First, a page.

There have been ministers who have abused their holy office in the ways mentioned above. But at the other end of the spectrum, you have congregations who want to tyrannize their pastors. That is no less ungodly. There was a fine book published a few years back called Clergy Killers. And it's about a growing tendency of congregations to adopt a "hire-and-fire" mentality. "We hired you. You work for us. Do what we say, or we'll can you."

But the fact of the matter is, I don't work for my congregation. I am not their employee. I am a servant called by God, through the congregation. But I answer to God first, my church council or board of elders second. And where those two entities may conflict, God gets my first allegiance. Now, I personally, have been blessed not to have a tyrannical congregation, not in the least. Quite the opposite. They are loving, generous, kind and willing to be taught from Holy Scripture. They have also exercised an extraordinary measure of patience for their young, relatively inexperienced pastor. And I can only pray that I will never be a harsh overlord toward them.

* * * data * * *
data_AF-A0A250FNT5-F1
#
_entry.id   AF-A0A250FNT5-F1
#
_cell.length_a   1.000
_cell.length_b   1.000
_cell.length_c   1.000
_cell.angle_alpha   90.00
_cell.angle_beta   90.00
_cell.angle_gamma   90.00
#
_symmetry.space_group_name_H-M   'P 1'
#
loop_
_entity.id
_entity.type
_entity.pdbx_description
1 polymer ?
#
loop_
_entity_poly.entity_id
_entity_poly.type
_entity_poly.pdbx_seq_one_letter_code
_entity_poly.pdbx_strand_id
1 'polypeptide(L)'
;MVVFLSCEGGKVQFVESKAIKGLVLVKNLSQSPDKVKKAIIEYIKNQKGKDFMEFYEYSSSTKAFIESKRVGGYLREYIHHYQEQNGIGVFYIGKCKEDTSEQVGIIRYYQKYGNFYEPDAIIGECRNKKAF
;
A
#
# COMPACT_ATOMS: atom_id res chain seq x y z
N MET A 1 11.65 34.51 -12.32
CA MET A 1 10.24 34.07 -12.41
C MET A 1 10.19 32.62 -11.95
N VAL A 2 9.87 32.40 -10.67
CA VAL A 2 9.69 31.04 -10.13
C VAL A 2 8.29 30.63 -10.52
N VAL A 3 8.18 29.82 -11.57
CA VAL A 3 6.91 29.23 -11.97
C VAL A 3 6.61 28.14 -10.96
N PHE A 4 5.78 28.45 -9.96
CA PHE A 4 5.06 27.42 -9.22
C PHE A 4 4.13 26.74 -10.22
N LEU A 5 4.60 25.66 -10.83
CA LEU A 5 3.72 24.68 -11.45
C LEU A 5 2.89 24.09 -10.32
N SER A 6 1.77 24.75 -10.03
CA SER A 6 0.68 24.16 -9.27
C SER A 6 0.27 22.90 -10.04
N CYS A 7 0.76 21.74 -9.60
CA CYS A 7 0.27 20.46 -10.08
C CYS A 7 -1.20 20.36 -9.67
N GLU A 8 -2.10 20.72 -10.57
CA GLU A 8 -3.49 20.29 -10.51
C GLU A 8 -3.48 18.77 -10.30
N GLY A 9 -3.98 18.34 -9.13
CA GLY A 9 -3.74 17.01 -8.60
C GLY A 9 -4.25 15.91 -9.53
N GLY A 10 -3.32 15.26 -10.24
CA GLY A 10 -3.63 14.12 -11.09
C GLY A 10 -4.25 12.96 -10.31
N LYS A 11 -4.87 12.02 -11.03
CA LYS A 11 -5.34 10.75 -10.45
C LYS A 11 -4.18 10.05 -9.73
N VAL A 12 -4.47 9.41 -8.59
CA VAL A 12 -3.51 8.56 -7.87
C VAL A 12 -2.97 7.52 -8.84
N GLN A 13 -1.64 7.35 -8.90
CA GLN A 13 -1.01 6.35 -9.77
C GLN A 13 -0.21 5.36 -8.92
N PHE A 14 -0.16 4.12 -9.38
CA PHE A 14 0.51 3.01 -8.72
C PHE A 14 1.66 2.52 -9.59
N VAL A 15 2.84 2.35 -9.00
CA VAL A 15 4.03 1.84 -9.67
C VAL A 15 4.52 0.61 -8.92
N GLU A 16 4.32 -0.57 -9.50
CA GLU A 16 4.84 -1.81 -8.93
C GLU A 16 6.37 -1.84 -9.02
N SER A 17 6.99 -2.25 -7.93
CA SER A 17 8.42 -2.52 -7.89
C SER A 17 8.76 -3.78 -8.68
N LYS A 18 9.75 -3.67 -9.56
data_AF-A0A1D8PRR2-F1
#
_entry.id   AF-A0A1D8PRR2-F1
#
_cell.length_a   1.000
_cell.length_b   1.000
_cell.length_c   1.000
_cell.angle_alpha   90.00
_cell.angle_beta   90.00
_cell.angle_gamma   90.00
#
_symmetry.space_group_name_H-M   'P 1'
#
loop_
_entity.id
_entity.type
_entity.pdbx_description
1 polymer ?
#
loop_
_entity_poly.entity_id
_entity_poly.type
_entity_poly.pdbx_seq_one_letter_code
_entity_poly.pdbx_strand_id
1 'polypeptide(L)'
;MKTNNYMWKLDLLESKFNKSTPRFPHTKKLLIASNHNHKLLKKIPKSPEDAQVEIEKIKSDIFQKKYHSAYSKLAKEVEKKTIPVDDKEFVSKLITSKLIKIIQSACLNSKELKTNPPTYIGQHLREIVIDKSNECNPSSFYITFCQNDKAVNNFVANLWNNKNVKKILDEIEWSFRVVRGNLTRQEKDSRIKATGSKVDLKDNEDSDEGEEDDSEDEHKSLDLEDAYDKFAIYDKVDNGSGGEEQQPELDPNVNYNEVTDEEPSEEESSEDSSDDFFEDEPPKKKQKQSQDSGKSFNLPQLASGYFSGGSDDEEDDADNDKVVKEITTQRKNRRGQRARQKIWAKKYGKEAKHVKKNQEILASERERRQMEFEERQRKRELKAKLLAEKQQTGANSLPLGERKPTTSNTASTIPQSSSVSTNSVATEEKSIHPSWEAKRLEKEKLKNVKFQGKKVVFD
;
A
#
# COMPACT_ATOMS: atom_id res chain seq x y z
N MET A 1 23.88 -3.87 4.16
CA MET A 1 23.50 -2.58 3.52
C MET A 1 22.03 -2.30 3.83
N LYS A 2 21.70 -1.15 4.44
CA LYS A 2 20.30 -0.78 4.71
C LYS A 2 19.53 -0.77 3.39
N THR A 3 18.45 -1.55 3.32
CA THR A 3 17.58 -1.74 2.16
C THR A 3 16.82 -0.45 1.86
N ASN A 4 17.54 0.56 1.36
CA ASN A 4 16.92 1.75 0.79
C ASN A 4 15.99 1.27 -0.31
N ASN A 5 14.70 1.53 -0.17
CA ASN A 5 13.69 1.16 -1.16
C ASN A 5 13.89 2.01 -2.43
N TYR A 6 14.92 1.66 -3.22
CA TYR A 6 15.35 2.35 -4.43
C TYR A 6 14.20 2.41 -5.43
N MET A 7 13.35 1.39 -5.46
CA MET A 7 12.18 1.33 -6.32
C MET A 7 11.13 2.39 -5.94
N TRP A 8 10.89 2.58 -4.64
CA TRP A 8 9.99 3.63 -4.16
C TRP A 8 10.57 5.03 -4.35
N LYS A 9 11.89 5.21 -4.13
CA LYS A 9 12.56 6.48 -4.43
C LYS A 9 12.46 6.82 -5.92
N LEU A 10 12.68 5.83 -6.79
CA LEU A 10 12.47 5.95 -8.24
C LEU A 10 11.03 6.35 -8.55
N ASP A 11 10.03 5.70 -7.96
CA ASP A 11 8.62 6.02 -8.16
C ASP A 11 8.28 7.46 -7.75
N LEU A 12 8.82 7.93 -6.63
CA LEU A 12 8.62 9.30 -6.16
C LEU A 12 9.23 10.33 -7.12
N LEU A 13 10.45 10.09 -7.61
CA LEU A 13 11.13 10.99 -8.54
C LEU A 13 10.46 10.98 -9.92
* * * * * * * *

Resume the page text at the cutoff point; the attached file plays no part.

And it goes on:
Sometimes pastors can be over-bearing, but an over-bearing church board can be just as pernicious to the kingdom of God. God tells us to submit one to another. It's like marriage. Without submission, mutually, there can be no love-making.

Yes, the pastor serves the congregation, but he does so as an agent of Jesus Christ. He serves Christ in the sense that he is waiting on the Body of Christ. Jesus told Peter, "feed my lambs." We are the undershepherds who answer to the chief Shepherd and bishop of our souls.

Pastor David Petersen, over at Cyberstones, has a further reflection on these sentiments.

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The Cubicle Reverend said...